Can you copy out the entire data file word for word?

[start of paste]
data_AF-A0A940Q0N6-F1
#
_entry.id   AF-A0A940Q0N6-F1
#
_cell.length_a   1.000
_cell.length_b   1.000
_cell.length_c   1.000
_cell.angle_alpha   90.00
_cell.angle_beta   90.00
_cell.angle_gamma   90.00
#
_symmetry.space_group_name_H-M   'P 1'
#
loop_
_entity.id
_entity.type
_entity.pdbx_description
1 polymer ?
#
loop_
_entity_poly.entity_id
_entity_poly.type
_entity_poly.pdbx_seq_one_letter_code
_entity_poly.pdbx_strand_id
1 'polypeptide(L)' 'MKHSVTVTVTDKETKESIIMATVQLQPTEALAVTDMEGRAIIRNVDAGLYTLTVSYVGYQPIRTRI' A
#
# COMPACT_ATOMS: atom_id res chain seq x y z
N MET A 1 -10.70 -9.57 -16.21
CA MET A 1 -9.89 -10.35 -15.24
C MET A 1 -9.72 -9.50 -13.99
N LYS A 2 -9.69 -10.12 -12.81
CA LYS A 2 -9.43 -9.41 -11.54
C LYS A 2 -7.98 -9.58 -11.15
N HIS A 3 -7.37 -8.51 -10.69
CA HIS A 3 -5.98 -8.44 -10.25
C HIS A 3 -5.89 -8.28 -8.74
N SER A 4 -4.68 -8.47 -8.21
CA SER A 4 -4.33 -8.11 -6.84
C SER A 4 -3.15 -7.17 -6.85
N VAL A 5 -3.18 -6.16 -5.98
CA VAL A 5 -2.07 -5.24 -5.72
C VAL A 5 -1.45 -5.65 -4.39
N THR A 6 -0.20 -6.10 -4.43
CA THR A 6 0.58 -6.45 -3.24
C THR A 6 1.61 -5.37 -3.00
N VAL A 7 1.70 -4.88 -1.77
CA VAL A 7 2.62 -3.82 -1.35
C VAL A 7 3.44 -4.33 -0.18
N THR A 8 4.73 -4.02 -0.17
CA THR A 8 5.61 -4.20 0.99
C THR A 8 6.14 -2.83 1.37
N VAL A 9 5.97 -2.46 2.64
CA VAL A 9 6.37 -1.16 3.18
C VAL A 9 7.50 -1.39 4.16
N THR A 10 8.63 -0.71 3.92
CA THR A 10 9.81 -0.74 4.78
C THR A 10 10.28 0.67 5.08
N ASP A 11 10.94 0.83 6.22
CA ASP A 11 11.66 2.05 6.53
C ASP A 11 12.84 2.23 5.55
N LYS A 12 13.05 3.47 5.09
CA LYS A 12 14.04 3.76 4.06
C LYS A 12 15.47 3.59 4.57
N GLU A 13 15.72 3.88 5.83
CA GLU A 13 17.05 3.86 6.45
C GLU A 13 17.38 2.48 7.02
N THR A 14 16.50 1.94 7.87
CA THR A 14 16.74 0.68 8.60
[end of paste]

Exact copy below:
data_AF-A0A940Q0N6-F1
#
_entry.id   AF-A0A940Q0N6-F1
#
_cell.length_a   1.000
_cell.length_b   1.000
_cell.length_c   1.000
_cell.angle_alpha   90.00
_cell.angle_beta   90.00
_cell.angle_gamma   90.00
#
_symmetry.space_group_name_H-M   'P 1'
#
loop_
_entity.id
_entity.type
_entity.pdbx_description
1 polymer ?
#
loop_
_entity_poly.entity_id
_entity_poly.type
_entity_poly.pdbx_seq_one_letter_code
_entity_poly.pdbx_strand_id
1 'polypeptide(L)' 'MKHSVTVTVTDKETKESIIMATVQLQPTEALAVTDMEGRAIIRNVDAGLYTLTVSYVGYQPIRTRI' A
#
# COMPACT_ATOMS: atom_id res chain seq x y z
N MET A 1 -10.70 -9.57 -16.21
CA MET A 1 -9.89 -10.35 -15.24
C MET A 1 -9.72 -9.50 -13.99
N LYS A 2 -9.69 -10.12 -12.81
CA LYS A 2 -9.43 -9.41 -11.54
C LYS A 2 -7.98 -9.58 -11.15
N HIS A 3 -7.37 -8.51 -10.69
CA HIS A 3 -5.98 -8.44 -10.25
C HIS A 3 -5.89 -8.28 -8.74
N SER A 4 -4.68 -8.47 -8.21
CA SER A 4 -4.33 -8.11 -6.84
C SER A 4 -3.15 -7.17 -6.85
N VAL A 5 -3.18 -6.16 -5.98
CA VAL A 5 -2.07 -5.24 -5.72
C VAL A 5 -1.45 -5.65 -4.39
N THR A 6 -0.20 -6.10 -4.43
CA THR A 6 0.58 -6.45 -3.24
C THR A 6 1.61 -5.37 -3.00
N VAL A 7 1.70 -4.88 -1.77
CA VAL A 7 2.62 -3.82 -1.35
C VAL A 7 3.44 -4.33 -0.18
N THR A 8 4.73 -4.02 -0.17
CA THR A 8 5.61 -4.20 0.99
C THR A 8 6.14 -2.83 1.37
N VAL A 9 5.97 -2.46 2.64
CA VAL A 9 6.37 -1.16 3.18
C VAL A 9 7.50 -1.39 4.16
N THR A 10 8.63 -0.71 3.92
CA THR A 10 9.81 -0.74 4.78
C THR A 10 10.28 0.67 5.08
N ASP A 11 10.94 0.83 6.22
CA ASP A 11 11.66 2.05 6.53
C ASP A 11 12.84 2.23 5.55
N LYS A 12 13.05 3.47 5.09
CA LYS A 12 14.04 3.76 4.06
C LYS A 12 15.47 3.59 4.57
N GLU A 13 15.72 3.88 5.83
CA GLU A 13 17.05 3.86 6.45
C GLU A 13 17.38 2.48 7.02
N THR A 14 16.50 1.94 7.87
CA THR A 14 16.74 0.68 8.60